CUSD student’s suicide prompts parents’ plea | News

By Ken Sain, GSN Staff Writer
8 Min Read

South Chandler residents Gene and Taryn Lower said they did everything they could to save their 16-year-old son Ryder.

“That’s the hardest thing,” Gene said. “We don’t blame ourselves or each other. We do know that we tried everything.”

Ryder, a junior at Arizona College Prep High School, died by suicide on Aug. 11. It is the second straight year that a Chandler Unified School District student died by suicide in the opening weeks of a new school year.

Taryn and Gene said they have sought help for their son for two years, seeing different doctors and reaching out for help. They also helped Ryder change schools.

Ryder was an excellent athlete, his parents said. Any sport he tried, he was instantly good at. He settled on lacrosse as his favorite and was starting to earn interest by college recruiters.

His parents said Ryder, who had good grades, was interested in attending college in the eastern United States, where most of the top college lacrosse programs are.

Ryder also had no problem speaking before big crowds. He was diagnosed with type 1 diabetes when he was 8, and soon after became an ambassador for a diabetes support group, speaking to scores of people at a time about living with the disease.

“I remember I gave him a shot in the hospital, and I mean I just jammed that needle in, thinking that’s what you’re supposed to do,” Taryn said. “I had no idea.

“At 8 years old, he was like, ‘Mom, that’s it! You don’t get to do this anymore. He came out of the hospital … and started giving himself insulin and never let anybody else do it.”

The trouble for Ryder started after he entered high school but eventually the Lowers had to admit their son to inpatient care.

Once that ended, he had intensive outpatient care that were about three hours for four days a week.

At home, no topic was off the table.

Gene and Taryn said they spoke to their son about suicide and let him know he could tell them anything.

The Centers for Disease Control and Prevention reports that suicide is the second highest cause of death for people 10-to-24 years of age.

Statistics are only available through 2021, when it reached a high of 10.7 suicides per 100,000 people in that age group. It was at 7.8 per 100,000 in 2001.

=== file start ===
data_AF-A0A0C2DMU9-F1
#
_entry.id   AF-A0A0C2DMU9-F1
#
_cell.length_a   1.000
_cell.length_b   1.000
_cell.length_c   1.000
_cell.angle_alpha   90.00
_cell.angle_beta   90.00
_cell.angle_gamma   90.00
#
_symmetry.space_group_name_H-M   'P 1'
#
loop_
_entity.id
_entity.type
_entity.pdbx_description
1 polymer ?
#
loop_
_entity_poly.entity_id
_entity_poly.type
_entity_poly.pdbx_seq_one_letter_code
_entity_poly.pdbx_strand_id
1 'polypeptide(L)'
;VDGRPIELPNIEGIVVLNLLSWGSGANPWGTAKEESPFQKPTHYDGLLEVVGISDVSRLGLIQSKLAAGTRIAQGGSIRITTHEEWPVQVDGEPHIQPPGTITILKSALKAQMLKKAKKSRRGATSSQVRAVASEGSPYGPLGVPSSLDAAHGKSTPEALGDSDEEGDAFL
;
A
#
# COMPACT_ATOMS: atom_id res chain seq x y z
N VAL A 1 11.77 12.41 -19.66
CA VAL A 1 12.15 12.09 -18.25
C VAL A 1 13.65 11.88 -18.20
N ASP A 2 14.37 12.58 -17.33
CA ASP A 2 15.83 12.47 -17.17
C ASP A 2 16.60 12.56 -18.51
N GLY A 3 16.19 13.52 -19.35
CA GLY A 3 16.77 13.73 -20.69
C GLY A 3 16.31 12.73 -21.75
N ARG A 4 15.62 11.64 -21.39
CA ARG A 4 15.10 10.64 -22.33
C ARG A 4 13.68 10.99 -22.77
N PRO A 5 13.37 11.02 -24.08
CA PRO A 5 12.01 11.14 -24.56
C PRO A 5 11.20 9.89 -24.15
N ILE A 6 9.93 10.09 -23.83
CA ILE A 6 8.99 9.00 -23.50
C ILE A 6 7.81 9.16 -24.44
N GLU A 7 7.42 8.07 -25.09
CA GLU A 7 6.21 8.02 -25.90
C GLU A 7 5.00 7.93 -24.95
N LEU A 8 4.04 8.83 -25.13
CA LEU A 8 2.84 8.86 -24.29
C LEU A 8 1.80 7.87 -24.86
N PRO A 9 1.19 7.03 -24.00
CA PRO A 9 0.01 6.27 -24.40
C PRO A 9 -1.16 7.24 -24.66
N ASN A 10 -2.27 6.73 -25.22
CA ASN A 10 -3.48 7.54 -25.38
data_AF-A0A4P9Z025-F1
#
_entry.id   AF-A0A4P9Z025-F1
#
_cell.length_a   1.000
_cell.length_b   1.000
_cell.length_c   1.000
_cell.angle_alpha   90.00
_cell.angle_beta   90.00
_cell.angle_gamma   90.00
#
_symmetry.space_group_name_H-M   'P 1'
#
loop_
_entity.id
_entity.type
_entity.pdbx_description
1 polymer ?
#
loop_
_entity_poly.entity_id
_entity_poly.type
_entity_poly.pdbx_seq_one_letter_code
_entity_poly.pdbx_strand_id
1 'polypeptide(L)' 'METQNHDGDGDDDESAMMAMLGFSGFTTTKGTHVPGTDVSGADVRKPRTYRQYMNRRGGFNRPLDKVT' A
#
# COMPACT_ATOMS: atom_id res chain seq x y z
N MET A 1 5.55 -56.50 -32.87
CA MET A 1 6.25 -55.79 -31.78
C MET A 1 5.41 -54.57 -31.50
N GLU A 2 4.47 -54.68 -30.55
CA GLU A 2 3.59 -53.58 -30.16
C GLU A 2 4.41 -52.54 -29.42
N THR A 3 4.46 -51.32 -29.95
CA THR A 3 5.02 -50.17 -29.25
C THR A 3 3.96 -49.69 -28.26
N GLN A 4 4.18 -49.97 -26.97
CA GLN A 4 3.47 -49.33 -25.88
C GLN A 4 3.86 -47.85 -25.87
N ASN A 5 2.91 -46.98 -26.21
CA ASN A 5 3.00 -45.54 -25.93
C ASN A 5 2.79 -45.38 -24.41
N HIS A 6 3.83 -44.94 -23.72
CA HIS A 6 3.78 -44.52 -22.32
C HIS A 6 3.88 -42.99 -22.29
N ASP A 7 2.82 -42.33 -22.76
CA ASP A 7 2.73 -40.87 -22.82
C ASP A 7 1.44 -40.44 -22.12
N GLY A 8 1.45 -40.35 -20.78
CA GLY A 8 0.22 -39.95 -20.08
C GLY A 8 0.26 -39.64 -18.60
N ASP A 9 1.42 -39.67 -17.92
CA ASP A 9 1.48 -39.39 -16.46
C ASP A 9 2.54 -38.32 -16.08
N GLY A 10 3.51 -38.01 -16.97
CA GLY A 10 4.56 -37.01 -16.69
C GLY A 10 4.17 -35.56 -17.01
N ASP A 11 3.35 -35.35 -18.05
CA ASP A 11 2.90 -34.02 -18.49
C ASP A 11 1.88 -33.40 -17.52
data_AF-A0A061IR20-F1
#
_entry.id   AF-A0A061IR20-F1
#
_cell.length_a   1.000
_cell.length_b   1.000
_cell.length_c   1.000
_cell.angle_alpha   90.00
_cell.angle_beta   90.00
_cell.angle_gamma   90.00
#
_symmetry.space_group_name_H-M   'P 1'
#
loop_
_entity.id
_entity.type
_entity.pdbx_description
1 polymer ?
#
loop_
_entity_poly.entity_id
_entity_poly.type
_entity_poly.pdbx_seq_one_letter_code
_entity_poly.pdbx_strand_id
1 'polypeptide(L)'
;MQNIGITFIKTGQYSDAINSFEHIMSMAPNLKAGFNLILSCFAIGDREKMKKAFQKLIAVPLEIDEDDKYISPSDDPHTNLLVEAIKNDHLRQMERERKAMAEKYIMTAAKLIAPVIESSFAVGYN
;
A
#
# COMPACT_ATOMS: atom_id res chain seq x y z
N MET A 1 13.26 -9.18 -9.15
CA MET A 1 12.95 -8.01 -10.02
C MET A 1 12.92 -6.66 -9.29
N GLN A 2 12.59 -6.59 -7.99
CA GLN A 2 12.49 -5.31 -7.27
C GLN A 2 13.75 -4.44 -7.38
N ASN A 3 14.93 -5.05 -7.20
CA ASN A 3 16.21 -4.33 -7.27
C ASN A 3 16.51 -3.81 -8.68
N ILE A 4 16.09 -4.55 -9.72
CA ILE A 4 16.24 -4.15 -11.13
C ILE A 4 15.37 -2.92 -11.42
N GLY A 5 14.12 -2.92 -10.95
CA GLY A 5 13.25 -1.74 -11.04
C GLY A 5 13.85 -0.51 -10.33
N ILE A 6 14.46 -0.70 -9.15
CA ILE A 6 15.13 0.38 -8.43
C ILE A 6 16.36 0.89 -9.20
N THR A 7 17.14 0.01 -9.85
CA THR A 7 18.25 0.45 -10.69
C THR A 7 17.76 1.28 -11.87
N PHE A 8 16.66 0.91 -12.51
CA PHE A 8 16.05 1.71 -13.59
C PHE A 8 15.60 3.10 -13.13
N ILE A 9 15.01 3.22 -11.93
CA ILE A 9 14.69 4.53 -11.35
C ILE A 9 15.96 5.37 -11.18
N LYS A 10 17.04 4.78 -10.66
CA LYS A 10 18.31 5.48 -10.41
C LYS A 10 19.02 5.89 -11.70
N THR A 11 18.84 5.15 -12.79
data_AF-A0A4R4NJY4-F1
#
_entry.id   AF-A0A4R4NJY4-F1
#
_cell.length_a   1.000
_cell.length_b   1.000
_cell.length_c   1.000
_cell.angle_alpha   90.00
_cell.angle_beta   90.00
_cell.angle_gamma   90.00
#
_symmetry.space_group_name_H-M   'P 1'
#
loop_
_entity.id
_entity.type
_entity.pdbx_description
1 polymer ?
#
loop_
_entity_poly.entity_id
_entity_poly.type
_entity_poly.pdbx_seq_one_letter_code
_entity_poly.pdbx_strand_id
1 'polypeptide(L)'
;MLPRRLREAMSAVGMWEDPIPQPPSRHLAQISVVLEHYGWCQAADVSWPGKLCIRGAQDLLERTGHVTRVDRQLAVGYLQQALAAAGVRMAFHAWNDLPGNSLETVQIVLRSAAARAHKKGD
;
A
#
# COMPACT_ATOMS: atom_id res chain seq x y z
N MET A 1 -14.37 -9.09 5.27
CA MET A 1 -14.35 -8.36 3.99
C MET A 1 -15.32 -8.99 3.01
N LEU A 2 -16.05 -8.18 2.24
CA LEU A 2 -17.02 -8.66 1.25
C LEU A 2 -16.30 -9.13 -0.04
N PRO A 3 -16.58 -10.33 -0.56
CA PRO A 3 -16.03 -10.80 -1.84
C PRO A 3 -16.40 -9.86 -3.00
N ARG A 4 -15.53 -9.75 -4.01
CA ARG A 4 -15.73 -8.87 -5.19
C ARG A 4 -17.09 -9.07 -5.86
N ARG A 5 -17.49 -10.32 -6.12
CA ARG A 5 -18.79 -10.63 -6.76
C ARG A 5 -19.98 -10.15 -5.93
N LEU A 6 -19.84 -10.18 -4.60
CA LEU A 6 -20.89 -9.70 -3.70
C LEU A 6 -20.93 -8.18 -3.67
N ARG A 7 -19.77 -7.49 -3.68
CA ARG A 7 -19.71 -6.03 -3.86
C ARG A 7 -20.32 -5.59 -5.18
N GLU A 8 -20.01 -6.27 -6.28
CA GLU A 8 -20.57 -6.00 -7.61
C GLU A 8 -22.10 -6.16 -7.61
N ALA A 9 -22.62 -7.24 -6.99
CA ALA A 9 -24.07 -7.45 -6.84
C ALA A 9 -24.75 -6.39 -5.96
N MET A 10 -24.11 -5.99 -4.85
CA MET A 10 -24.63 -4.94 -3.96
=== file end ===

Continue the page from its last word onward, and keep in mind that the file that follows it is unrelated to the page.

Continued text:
That same upward trend in the same age group has been reported for Arizona by the state Department of Health Services.

To address the mental and emotional challenges that often can lead a teenager to contemplate suicide, the Chandler Unified School District held a ribbon cutting last week for the Hope Institute on the campus of Perry High School.

The Ohio-based center is expanding and this is its first joint venture with a school district in the United States.

The Hope Institute is a short-term care facility. Its goal is to get students in need in quickly and address their needs in the short-term. A Hope Institute representative said its staff generally will work with a student for no longer than six weeks.

Once the student’s short-term needs are met, CUSD plans to help families get care through longer term agencies, such as Southwest Behavioral Health or Lighthouse Wellhealth.

The Hope Institute will be available to all CUSD students and the district will help families obtain state funds to pay for treatment.

Brenda Vargas, the district’s director of counseling and social services, told the CUSD Governing Board that 395 district students had considered suicide between July 2022 and January 2023.

That came after three students took their lives in May 2022 and another one followed soon after the last school year started.

The district hopes The Hope Institute will turn that tide.

The Lower family said they want some good to come from their son’s death.

First, at least 30 people benefited in some way from his organs and tissues.

The family also wants to raise awareness about the rise in teen suicide and has an idea on where to start that emerged as Taryn thought: “I wish those that are close to him, or whomever, friends, girlfriends, whoever, maybe would sometimes have the courage to say something. And that is what we are missing.”

“I think you kind of gave me a light bulb,” Gene said, speaking generally about what families might consider.

“Maybe the suggestion is not for parents to sit down with their kids and discuss it, but to sit down with a group of parents and say, ‘You’re with your kid, your best friend’s, close friend, you have a group of people together and maybe make a pact between the parents with the kids, saying, ‘if you see something here, something, anything, don’t be afraid to speak up.’”

Taryn said Ryder did not have a wide circle of friends and they are certainly not blaming them, saying his best friend is hurting right now.

But in general, they feel teens spend too much time on their phones and it’s too easy to escape to the virtual world when they might encounter something awkward or difficult in the real world.

They want those teens to feel safe coming forward and say, ‘Your son’s not doing well right now. He’s going through a bad breakup.’

Perhaps the best way to deal with this rise in teen suicides is to make sure all teens feel safe coming forward when they see an issue, the Lowers said.

Gene and Taryn are trying to recover. They recently dropped their daughter, Skye, off in Florida to start college.

“We’re trying to make life as normal for her for her new start,” Gene said.

Recovery will take time. The family’s dog, Rocky, would wait by the door at night for Ryder to come home, usually from lacrosse practice.

“I’ve been noticing, my wife goes to bed before me, I’ll go to bed and he will just lay right where he is now waiting for him.”

By Ken Sain, GSN Staff Writer

2023-09-07 07:00:00 , – Vivrr Local Results in news of type article

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